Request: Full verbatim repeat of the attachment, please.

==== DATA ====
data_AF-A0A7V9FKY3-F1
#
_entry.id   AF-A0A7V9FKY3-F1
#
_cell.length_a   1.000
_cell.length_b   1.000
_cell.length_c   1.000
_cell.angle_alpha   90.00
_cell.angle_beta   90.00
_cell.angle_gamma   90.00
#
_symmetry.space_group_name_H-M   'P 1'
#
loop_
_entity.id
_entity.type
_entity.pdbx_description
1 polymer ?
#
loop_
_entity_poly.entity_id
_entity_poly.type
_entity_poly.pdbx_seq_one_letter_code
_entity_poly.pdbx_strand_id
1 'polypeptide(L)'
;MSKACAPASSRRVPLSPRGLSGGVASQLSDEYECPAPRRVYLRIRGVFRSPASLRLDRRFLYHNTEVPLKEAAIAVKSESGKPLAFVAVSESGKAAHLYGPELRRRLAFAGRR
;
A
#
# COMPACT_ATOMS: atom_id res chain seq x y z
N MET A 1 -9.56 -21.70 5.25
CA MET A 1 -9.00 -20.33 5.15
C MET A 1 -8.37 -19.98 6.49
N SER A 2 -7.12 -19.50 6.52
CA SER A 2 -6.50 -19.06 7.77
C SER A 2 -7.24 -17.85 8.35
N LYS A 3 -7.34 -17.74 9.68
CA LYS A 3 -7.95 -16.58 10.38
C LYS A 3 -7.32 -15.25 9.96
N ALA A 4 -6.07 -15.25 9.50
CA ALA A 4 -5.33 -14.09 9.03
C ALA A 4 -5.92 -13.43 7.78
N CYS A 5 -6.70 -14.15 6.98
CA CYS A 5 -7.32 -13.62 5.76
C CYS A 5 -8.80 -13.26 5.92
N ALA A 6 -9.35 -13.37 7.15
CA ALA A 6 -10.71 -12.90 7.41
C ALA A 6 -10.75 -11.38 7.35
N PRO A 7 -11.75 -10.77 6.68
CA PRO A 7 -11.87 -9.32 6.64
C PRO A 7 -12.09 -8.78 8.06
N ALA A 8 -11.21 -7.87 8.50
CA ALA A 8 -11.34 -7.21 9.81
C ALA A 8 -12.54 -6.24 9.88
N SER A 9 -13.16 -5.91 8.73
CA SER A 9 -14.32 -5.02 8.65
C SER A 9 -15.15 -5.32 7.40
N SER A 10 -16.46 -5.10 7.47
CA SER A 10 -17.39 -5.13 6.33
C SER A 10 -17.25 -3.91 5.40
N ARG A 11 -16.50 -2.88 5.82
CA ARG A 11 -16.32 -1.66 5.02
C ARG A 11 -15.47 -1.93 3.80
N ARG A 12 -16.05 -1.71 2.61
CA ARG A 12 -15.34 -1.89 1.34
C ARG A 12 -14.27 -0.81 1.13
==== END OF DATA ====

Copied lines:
data_AF-A0A7V9FKY3-F1
#
_entry.id   AF-A0A7V9FKY3-F1
#
_cell.length_a   1.000
_cell.length_b   1.000
_cell.length_c   1.000
_cell.angle_alpha   90.00
_cell.angle_beta   90.00
_cell.angle_gamma   90.00
#
_symmetry.space_group_name_H-M   'P 1'
#
loop_
_entity.id
_entity.type
_entity.pdbx_description
1 polymer ?
#
loop_
_entity_poly.entity_id
_entity_poly.type
_entity_poly.pdbx_seq_one_letter_code
_entity_poly.pdbx_strand_id
1 'polypeptide(L)'
;MSKACAPASSRRVPLSPRGLSGGVASQLSDEYECPAPRRVYLRIRGVFRSPASLRLDRRFLYHNTEVPLKEAAIAVKSESGKPLAFVAVSESGKAAHLYGPELRRRLAFAGRR
;
A
#
# COMPACT_ATOMS: atom_id res chain seq x y z
N MET A 1 -9.56 -21.70 5.25
CA MET A 1 -9.00 -20.33 5.15
C MET A 1 -8.37 -19.98 6.49
N SER A 2 -7.12 -19.50 6.52
CA SER A 2 -6.50 -19.06 7.77
C SER A 2 -7.24 -17.85 8.35
N LYS A 3 -7.34 -17.74 9.68
CA LYS A 3 -7.95 -16.58 10.38
C LYS A 3 -7.32 -15.25 9.96
N ALA A 4 -6.07 -15.25 9.50
CA ALA A 4 -5.33 -14.09 9.03
C ALA A 4 -5.92 -13.43 7.78
N CYS A 5 -6.70 -14.15 6.98
CA CYS A 5 -7.32 -13.62 5.76
C CYS A 5 -8.80 -13.26 5.92
N ALA A 6 -9.35 -13.37 7.15
CA ALA A 6 -10.71 -12.90 7.41
C ALA A 6 -10.75 -11.38 7.35
N PRO A 7 -11.75 -10.77 6.68
CA PRO A 7 -11.87 -9.32 6.64
C PRO A 7 -12.09 -8.78 8.06
N ALA A 8 -11.21 -7.87 8.50
CA ALA A 8 -11.34 -7.21 9.81
C ALA A 8 -12.54 -6.24 9.88
N SER A 9 -13.16 -5.91 8.73
CA SER A 9 -14.32 -5.02 8.65
C SER A 9 -15.15 -5.32 7.40
N SER A 10 -16.46 -5.10 7.47
CA SER A 10 -17.39 -5.13 6.33
C SER A 10 -17.25 -3.91 5.40
N ARG A 11 -16.50 -2.88 5.82
CA ARG A 11 -16.32 -1.66 5.02
C ARG A 11 -15.47 -1.93 3.80
N ARG A 12 -16.05 -1.71 2.61
CA ARG A 12 -15.34 -1.89 1.34
C ARG A 12 -14.27 -0.81 1.13